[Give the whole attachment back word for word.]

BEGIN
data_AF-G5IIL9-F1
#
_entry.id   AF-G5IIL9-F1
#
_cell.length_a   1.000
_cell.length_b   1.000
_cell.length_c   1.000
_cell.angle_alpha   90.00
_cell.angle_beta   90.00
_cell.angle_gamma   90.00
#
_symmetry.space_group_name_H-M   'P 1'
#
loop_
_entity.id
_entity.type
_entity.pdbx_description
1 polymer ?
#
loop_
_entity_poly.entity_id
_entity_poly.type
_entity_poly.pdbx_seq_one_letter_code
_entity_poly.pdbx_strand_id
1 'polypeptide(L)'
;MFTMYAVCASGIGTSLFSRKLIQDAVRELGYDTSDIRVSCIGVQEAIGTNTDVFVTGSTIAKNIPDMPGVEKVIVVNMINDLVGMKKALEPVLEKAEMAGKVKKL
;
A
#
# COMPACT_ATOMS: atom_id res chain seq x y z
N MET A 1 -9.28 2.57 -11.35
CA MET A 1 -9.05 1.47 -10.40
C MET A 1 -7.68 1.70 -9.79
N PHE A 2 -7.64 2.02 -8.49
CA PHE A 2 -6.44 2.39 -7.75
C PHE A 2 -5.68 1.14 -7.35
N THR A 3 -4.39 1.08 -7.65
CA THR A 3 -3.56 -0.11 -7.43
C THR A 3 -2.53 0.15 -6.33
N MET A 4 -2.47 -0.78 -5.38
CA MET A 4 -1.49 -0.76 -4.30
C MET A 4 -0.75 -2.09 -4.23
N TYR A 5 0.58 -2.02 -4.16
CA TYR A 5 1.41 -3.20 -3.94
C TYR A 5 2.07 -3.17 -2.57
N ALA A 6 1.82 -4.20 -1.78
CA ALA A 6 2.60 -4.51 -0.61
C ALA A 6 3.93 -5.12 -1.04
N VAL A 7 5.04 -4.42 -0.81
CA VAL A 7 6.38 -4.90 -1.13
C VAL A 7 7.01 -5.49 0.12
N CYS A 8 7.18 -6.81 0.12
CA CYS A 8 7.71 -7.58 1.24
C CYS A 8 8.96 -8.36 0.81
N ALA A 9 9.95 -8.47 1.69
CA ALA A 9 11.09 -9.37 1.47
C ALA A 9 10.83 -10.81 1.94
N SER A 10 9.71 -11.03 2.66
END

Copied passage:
data_AF-G5IIL9-F1
#
_entry.id   AF-G5IIL9-F1
#
_cell.length_a   1.000
_cell.length_b   1.000
_cell.length_c   1.000
_cell.angle_alpha   90.00
_cell.angle_beta   90.00
_cell.angle_gamma   90.00
#
_symmetry.space_group_name_H-M   'P 1'
#
loop_
_entity.id
_entity.type
_entity.pdbx_description
1 polymer ?
#
loop_
_entity_poly.entity_id
_entity_poly.type
_entity_poly.pdbx_seq_one_letter_code
_entity_poly.pdbx_strand_id
1 'polypeptide(L)'
;MFTMYAVCASGIGTSLFSRKLIQDAVRELGYDTSDIRVSCIGVQEAIGTNTDVFVTGSTIAKNIPDMPGVEKVIVVNMINDLVGMKKALEPVLEKAEMAGKVKKL
;
A
#
# COMPACT_ATOMS: atom_id res chain seq x y z
N MET A 1 -9.28 2.57 -11.35
CA MET A 1 -9.05 1.47 -10.40
C MET A 1 -7.68 1.70 -9.79
N PHE A 2 -7.64 2.02 -8.49
CA PHE A 2 -6.44 2.39 -7.75
C PHE A 2 -5.68 1.14 -7.35
N THR A 3 -4.39 1.08 -7.65
CA THR A 3 -3.56 -0.11 -7.43
C THR A 3 -2.53 0.15 -6.33
N MET A 4 -2.47 -0.78 -5.38
CA MET A 4 -1.49 -0.76 -4.30
C MET A 4 -0.75 -2.09 -4.23
N TYR A 5 0.58 -2.02 -4.16
CA TYR A 5 1.41 -3.20 -3.94
C TYR A 5 2.07 -3.17 -2.57
N ALA A 6 1.82 -4.20 -1.78
CA ALA A 6 2.60 -4.51 -0.61
C ALA A 6 3.93 -5.12 -1.04
N VAL A 7 5.04 -4.42 -0.81
CA VAL A 7 6.38 -4.90 -1.13
C VAL A 7 7.01 -5.49 0.12
N CYS A 8 7.18 -6.81 0.12
CA CYS A 8 7.71 -7.58 1.24
C CYS A 8 8.96 -8.36 0.81
N ALA A 9 9.95 -8.47 1.69
CA ALA A 9 11.09 -9.37 1.47
C ALA A 9 10.83 -10.81 1.94
N SER A 10 9.71 -11.03 2.66